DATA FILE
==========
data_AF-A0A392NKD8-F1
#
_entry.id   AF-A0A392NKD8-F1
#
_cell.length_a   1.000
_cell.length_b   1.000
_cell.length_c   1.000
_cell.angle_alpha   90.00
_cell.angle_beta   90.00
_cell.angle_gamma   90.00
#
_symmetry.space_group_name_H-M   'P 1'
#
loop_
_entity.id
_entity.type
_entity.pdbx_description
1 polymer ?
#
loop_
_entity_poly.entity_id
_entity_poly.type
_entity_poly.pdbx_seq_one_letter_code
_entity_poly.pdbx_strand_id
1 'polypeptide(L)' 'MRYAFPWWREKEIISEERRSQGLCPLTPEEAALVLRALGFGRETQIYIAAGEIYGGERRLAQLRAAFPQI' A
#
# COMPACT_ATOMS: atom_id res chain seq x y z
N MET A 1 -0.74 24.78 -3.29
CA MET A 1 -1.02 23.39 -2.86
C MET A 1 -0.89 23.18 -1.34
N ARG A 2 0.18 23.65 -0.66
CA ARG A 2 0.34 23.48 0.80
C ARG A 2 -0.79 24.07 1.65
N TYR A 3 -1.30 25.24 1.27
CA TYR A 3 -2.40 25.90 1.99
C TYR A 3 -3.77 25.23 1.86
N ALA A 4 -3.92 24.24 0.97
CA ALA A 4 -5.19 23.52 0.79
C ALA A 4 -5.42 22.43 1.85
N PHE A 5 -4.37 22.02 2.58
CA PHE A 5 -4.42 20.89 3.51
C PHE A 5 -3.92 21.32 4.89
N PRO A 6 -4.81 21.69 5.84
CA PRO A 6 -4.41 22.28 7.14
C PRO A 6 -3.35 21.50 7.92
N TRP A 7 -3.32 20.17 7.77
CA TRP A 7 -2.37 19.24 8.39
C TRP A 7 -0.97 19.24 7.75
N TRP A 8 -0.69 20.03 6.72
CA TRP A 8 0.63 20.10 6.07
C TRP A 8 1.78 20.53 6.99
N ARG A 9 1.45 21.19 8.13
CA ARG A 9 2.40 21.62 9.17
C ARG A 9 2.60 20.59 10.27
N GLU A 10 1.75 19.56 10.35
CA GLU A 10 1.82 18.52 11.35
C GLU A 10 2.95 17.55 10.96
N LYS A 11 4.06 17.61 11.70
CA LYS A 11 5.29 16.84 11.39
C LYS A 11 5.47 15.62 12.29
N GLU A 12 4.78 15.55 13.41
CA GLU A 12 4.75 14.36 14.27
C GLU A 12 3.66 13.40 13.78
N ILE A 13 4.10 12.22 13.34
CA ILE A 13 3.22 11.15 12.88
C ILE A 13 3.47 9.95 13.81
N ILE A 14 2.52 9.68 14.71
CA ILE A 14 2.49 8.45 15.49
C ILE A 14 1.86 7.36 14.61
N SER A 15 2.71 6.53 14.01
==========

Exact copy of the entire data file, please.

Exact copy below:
data_AF-A0A392NKD8-F1
#
_entry.id   AF-A0A392NKD8-F1
#
_cell.length_a   1.000
_cell.length_b   1.000
_cell.length_c   1.000
_cell.angle_alpha   90.00
_cell.angle_beta   90.00
_cell.angle_gamma   90.00
#
_symmetry.space_group_name_H-M   'P 1'
#
loop_
_entity.id
_entity.type
_entity.pdbx_description
1 polymer ?
#
loop_
_entity_poly.entity_id
_entity_poly.type
_entity_poly.pdbx_seq_one_letter_code
_entity_poly.pdbx_strand_id
1 'polypeptide(L)' 'MRYAFPWWREKEIISEERRSQGLCPLTPEEAALVLRALGFGRETQIYIAAGEIYGGERRLAQLRAAFPQI' A
#
# COMPACT_ATOMS: atom_id res chain seq x y z
N MET A 1 -0.74 24.78 -3.29
CA MET A 1 -1.02 23.39 -2.86
C MET A 1 -0.89 23.18 -1.34
N ARG A 2 0.18 23.65 -0.66
CA ARG A 2 0.34 23.48 0.80
C ARG A 2 -0.79 24.07 1.65
N TYR A 3 -1.30 25.24 1.27
CA TYR A 3 -2.40 25.90 1.99
C TYR A 3 -3.77 25.23 1.86
N ALA A 4 -3.92 24.24 0.97
CA ALA A 4 -5.19 23.52 0.79
C ALA A 4 -5.42 22.43 1.85
N PHE A 5 -4.37 22.02 2.58
CA PHE A 5 -4.42 20.89 3.51
C PHE A 5 -3.92 21.32 4.89
N PRO A 6 -4.81 21.69 5.84
CA PRO A 6 -4.41 22.28 7.14
C PRO A 6 -3.35 21.50 7.92
N TRP A 7 -3.32 20.17 7.77
CA TRP A 7 -2.37 19.24 8.39
C TRP A 7 -0.97 19.24 7.75
N TRP A 8 -0.69 20.03 6.72
CA TRP A 8 0.63 20.10 6.07
C TRP A 8 1.78 20.53 6.99
N ARG A 9 1.45 21.19 8.13
CA ARG A 9 2.40 21.62 9.17
C ARG A 9 2.60 20.59 10.27
N GLU A 10 1.75 19.56 10.35
CA GLU A 10 1.82 18.52 11.35
C GLU A 10 2.95 17.55 10.96
N LYS A 11 4.06 17.61 11.70
CA LYS A 11 5.29 16.84 11.39
C LYS A 11 5.47 15.62 12.29
N GLU A 12 4.78 15.55 13.41
CA GLU A 12 4.75 14.36 14.27
C GLU A 12 3.66 13.40 13.78
N ILE A 13 4.10 12.22 13.34
CA ILE A 13 3.22 11.15 12.88
C ILE A 13 3.47 9.95 13.81
N ILE A 14 2.52 9.68 14.71
CA ILE A 14 2.49 8.45 15.49
C ILE A 14 1.86 7.36 14.61
N SER A 15 2.71 6.53 14.01